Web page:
Chester, Orange County, New York

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Town hall
Town hall
Location in Orange County and the state of New York.
Location in Orange County and the state of New York.
Chester is located in New York
Location of Chester in New York
Coordinates: 41°21′25″N 74°16′37″W / 41.35694°N 74.27694°W / 41.35694; -74.27694Coordinates: 41°21′25″N 74°16′37″W / 41.35694°N 74.27694°W / 41.35694; -74.27694
CountryUnited States
StateNew York
 • TypeTown Council
 • Town SupervisorAlex Jamieson (R)
 • Town Council
 • Total25.20 sq mi (65.27 km2)
 • Land25.05 sq mi (64.88 km2)
 • Water0.15 sq mi (0.39 km2)
 • Total11,981
 • Estimate 
 • Density476.83/sq mi (184.10/km2)
FIPS code36-071-15308

Chester is a town in Orange County, New York, United States. The population was 12,187 at the 2017 census.[2] Chester contains a village, also called Chester.

Chester is the birthplace of Philadelphia-style cream cheese.[4]


The town was first settled by Europeans in the 1700s, made up of ethnic Dutch and English colonists.[5]

The economy of the early town was based on dairy products, particularly milk. This industry flourished because completion of the Erie Railroad in 1841, which ran through Chester, enabled local farmers to ship their prices to New York City, where demand was high. For instance, local farmer Phil Gregory would ship 240 quarts (230 l) of milk by train to New York City. The railroad earned $1.20 ($29 in modern dollars[6]) in freight charges; Gregory's business eventually grew to 300,000 quarts (280,000 l) of milk per day, which in turn gave the railroad over $1,000 ($24,000 in modern dollars[6]) in profit.[5]

Late 20th century to present[edit]

In 2018, the Town of Chester approved a large residential development. It learned that the development appeared to be targeted toward the Satmar Hasidim community, whose rapid growth in this area had caused tensions. The large families of the Orthodox created strains for the local public school system, and there were other tensions between the strict Kiryas Joel and neighboring communities. Town supervisor Alex Jamieson told a local newspaper that the town would be buying up areas of undeveloped open space, including around the planned development in Chester, in order "to keep the Hasidic out so that they can't control the Town Board."[7] His comments were widely reported and criticized by The Forward as antisemitic.[7][8]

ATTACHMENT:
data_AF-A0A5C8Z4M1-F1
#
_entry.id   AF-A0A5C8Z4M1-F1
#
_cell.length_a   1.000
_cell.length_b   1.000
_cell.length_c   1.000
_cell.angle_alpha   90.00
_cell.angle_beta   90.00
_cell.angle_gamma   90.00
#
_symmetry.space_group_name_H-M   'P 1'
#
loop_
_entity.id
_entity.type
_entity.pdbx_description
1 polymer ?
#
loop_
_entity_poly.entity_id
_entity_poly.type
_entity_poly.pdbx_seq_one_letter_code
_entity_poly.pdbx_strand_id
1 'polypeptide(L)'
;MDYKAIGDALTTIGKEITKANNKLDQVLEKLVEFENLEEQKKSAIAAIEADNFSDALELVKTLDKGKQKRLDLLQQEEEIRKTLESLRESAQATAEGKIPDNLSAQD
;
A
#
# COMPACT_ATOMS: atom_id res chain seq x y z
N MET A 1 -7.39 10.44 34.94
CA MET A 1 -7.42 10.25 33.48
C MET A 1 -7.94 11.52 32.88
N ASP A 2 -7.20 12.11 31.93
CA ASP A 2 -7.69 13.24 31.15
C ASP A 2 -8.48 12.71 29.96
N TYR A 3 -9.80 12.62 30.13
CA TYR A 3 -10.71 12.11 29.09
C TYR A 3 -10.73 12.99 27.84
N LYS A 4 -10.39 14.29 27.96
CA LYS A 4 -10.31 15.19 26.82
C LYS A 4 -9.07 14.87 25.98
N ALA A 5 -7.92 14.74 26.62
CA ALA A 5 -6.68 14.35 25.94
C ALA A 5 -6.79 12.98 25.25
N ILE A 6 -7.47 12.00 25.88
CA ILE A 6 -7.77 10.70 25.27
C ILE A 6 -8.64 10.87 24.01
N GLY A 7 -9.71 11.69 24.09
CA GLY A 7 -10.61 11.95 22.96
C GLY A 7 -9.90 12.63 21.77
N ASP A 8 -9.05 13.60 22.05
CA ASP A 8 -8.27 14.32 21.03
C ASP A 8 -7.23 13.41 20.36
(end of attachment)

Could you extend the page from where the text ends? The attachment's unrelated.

According to the United States Census Bureau, the town has a total area of 25.2 square miles (65.4 km²), of which, 25.2 square miles (65.2 km2) of it is land and 0.1 square miles (0.2 km2) of it (0.24%) is water.

Conjoined NY-17 and US-6 cross the north part of Chester. NY-94 crosses NY-17 south of Chester village.


Historical population
Census Pop.
Est. 201611,944[3]−0.3%
U.S. Decennial Census[9]

As of the census[2] of 2017, there were 12,140 people, 3,848 households, and 3,016 families residing in the town. The population density was 482.2 people per square mile (186.2/km²). There were 3,984 housing units at an average density of 158.3 per square mile (61.1/km²). The racial makeup of the town was 76.7% White, 9.8% Black or African American, 0.5% Native American, 4.3% Asian, 0.0% Pacific Islander, and 3.2% from two or more races. Hispanic or Latino of any race were 10.14% of the population.